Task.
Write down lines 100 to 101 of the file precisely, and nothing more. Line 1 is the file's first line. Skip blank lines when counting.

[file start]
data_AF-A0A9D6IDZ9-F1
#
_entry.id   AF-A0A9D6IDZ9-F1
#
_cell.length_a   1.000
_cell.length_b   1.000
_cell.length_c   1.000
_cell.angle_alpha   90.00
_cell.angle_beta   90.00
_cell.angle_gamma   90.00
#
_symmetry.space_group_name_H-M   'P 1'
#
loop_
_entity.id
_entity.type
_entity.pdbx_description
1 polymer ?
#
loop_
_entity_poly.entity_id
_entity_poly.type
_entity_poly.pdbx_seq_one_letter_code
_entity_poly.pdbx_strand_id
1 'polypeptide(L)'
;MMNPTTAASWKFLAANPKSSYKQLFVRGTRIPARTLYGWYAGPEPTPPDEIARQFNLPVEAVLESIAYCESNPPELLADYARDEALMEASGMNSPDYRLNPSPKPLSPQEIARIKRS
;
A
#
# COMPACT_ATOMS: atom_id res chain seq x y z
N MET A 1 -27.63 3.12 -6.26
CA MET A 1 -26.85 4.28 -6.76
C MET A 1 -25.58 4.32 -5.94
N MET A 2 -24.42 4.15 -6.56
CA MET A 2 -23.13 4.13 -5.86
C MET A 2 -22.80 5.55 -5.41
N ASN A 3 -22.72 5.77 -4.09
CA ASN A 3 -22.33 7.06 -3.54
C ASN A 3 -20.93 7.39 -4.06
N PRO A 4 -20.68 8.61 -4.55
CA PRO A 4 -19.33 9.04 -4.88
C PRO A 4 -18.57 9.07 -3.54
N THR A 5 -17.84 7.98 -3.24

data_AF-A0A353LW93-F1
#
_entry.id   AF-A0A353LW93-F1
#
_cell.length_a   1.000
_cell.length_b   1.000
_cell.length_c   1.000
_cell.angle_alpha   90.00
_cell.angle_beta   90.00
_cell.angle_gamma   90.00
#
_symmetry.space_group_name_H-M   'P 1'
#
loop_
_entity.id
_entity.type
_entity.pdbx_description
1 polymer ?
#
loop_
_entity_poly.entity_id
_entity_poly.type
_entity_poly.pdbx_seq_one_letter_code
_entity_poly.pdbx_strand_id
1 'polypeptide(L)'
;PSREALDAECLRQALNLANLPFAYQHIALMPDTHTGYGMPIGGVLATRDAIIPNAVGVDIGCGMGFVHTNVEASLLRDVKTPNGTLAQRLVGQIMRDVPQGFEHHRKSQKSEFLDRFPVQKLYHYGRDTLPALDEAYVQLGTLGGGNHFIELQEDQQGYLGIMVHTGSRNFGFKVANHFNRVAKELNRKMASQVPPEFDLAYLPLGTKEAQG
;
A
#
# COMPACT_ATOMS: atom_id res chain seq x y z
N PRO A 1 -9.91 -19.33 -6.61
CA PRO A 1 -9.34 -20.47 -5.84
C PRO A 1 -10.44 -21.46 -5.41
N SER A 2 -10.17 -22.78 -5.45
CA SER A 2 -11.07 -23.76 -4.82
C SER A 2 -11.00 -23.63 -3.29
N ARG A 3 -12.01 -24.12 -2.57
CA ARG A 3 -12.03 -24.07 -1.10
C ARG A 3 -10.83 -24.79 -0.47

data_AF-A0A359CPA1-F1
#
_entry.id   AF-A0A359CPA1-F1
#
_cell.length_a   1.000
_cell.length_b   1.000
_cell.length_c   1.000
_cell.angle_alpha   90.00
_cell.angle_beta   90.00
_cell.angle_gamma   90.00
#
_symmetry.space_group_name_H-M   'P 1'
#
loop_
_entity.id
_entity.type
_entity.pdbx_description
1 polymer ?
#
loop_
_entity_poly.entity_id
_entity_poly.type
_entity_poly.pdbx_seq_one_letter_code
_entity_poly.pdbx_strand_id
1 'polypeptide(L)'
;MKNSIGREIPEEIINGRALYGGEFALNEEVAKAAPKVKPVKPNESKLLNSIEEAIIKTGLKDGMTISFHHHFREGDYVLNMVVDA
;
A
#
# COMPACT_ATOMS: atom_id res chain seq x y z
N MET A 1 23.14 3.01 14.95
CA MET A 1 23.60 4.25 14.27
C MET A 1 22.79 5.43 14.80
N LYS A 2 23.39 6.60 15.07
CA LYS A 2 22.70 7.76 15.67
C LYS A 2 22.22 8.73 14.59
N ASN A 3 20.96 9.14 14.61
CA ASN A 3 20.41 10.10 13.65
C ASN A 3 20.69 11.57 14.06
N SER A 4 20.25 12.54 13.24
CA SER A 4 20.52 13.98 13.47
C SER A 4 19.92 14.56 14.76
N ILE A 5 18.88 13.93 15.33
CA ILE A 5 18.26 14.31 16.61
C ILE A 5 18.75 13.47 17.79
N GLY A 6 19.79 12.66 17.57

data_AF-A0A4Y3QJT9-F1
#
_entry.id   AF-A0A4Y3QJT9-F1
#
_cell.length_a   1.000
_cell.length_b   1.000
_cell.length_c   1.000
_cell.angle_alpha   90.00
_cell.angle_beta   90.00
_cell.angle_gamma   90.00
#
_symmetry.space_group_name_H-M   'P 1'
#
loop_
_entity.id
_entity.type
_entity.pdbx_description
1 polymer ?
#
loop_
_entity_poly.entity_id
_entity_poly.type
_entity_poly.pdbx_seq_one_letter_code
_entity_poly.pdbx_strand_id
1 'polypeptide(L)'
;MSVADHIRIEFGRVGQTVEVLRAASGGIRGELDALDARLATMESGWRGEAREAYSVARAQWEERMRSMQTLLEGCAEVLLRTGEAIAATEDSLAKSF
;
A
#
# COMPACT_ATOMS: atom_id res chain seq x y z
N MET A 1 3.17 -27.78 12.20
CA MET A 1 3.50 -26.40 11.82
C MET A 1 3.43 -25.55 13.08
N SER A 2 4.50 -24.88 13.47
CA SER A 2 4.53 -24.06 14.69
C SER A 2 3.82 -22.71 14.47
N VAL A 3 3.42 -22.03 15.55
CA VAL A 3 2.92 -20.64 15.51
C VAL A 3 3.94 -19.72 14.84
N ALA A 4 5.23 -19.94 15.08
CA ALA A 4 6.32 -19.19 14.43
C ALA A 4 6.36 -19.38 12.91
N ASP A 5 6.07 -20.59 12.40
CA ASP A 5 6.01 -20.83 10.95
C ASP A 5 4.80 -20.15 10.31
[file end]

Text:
1 polymer ?
#